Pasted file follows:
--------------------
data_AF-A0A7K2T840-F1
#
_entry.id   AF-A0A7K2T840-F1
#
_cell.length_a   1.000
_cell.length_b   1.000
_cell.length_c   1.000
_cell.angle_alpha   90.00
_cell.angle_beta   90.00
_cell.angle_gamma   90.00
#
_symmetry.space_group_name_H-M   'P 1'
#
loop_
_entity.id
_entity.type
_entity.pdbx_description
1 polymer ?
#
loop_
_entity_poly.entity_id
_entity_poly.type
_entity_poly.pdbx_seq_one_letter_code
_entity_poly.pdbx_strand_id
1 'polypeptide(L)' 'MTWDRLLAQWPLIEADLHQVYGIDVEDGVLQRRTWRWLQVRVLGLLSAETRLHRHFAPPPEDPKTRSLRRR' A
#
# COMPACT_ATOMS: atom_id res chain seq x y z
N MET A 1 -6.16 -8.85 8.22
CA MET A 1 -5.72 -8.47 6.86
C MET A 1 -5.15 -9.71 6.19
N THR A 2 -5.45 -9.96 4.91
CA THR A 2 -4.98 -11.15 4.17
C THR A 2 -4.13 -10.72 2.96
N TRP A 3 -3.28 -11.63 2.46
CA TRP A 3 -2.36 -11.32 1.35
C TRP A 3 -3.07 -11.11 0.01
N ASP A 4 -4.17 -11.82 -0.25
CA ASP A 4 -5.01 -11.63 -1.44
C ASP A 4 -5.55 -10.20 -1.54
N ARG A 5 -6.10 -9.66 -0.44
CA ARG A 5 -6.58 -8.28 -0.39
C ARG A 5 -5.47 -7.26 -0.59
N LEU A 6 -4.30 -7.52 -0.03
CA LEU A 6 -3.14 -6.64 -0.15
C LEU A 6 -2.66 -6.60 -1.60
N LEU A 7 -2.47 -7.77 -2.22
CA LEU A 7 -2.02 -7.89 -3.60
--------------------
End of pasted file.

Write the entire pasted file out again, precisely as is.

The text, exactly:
data_AF-A0A7K2T840-F1
#
_entry.id   AF-A0A7K2T840-F1
#
_cell.length_a   1.000
_cell.length_b   1.000
_cell.length_c   1.000
_cell.angle_alpha   90.00
_cell.angle_beta   90.00
_cell.angle_gamma   90.00
#
_symmetry.space_group_name_H-M   'P 1'
#
loop_
_entity.id
_entity.type
_entity.pdbx_description
1 polymer ?
#
loop_
_entity_poly.entity_id
_entity_poly.type
_entity_poly.pdbx_seq_one_letter_code
_entity_poly.pdbx_strand_id
1 'polypeptide(L)' 'MTWDRLLAQWPLIEADLHQVYGIDVEDGVLQRRTWRWLQVRVLGLLSAETRLHRHFAPPPEDPKTRSLRRR' A
#
# COMPACT_ATOMS: atom_id res chain seq x y z
N MET A 1 -6.16 -8.85 8.22
CA MET A 1 -5.72 -8.47 6.86
C MET A 1 -5.15 -9.71 6.19
N THR A 2 -5.45 -9.96 4.91
CA THR A 2 -4.98 -11.15 4.17
C THR A 2 -4.13 -10.72 2.96
N TRP A 3 -3.28 -11.63 2.46
CA TRP A 3 -2.36 -11.32 1.35
C TRP A 3 -3.07 -11.11 0.01
N ASP A 4 -4.17 -11.82 -0.25
CA ASP A 4 -5.01 -11.63 -1.44
C ASP A 4 -5.55 -10.20 -1.54
N ARG A 5 -6.10 -9.66 -0.44
CA ARG A 5 -6.58 -8.28 -0.39
C ARG A 5 -5.47 -7.26 -0.59
N LEU A 6 -4.30 -7.52 -0.03
CA LEU A 6 -3.14 -6.64 -0.15
C LEU A 6 -2.66 -6.60 -1.60
N LEU A 7 -2.47 -7.77 -2.22
CA LEU A 7 -2.02 -7.89 -3.60